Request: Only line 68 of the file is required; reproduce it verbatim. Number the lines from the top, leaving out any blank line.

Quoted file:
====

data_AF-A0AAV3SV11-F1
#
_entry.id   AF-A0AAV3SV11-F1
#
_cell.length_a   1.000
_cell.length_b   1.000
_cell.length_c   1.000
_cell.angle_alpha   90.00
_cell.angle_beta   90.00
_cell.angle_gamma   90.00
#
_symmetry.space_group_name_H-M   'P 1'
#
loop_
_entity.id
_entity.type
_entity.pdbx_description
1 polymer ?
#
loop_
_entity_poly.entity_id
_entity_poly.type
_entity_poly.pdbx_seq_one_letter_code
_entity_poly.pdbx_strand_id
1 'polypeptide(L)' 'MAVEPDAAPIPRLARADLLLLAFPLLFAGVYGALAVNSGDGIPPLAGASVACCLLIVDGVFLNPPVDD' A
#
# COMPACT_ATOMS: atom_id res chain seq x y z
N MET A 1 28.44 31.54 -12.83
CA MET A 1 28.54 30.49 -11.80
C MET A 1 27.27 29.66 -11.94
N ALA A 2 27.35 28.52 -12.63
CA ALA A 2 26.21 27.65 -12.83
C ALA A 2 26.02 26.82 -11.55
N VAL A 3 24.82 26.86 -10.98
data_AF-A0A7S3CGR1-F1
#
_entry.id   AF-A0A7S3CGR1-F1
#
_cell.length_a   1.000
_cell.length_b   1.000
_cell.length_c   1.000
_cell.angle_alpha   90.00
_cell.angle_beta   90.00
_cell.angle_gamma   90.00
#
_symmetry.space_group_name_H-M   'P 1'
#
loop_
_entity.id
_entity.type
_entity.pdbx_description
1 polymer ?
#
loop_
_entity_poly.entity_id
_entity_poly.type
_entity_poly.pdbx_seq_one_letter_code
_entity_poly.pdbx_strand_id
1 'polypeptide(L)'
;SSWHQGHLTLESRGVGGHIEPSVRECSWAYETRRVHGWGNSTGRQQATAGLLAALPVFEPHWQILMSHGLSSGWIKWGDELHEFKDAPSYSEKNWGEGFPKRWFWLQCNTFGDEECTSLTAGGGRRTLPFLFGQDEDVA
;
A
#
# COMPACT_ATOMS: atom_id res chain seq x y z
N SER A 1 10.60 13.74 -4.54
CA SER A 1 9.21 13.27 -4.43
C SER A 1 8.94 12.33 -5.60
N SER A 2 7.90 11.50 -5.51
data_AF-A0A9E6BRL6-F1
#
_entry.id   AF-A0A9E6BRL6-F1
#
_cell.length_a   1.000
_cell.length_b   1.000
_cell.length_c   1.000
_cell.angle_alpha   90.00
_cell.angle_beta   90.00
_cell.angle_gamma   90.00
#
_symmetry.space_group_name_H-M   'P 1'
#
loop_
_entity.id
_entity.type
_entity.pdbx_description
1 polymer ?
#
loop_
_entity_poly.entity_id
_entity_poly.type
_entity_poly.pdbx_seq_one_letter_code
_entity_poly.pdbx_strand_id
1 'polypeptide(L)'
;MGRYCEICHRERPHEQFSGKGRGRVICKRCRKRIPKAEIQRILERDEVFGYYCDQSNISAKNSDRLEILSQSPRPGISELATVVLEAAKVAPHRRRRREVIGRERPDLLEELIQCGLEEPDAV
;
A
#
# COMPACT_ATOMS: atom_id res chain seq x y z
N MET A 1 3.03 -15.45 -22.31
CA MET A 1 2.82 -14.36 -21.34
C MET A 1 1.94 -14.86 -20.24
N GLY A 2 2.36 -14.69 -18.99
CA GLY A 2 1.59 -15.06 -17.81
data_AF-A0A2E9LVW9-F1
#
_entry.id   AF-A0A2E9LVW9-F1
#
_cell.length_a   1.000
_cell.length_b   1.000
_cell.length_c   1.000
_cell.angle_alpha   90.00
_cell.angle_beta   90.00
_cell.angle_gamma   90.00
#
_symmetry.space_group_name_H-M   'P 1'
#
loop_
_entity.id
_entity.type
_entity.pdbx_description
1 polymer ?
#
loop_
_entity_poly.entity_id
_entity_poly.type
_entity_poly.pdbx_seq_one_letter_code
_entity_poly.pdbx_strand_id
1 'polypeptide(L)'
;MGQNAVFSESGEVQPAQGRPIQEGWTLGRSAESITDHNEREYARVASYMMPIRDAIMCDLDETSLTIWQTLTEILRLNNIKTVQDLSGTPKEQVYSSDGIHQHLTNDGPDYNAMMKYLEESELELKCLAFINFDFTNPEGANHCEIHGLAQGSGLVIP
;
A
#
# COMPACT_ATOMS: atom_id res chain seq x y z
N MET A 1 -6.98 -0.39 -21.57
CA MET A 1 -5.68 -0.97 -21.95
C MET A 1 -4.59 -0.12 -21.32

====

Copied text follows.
N SER A 2 7.90 11.50 -5.51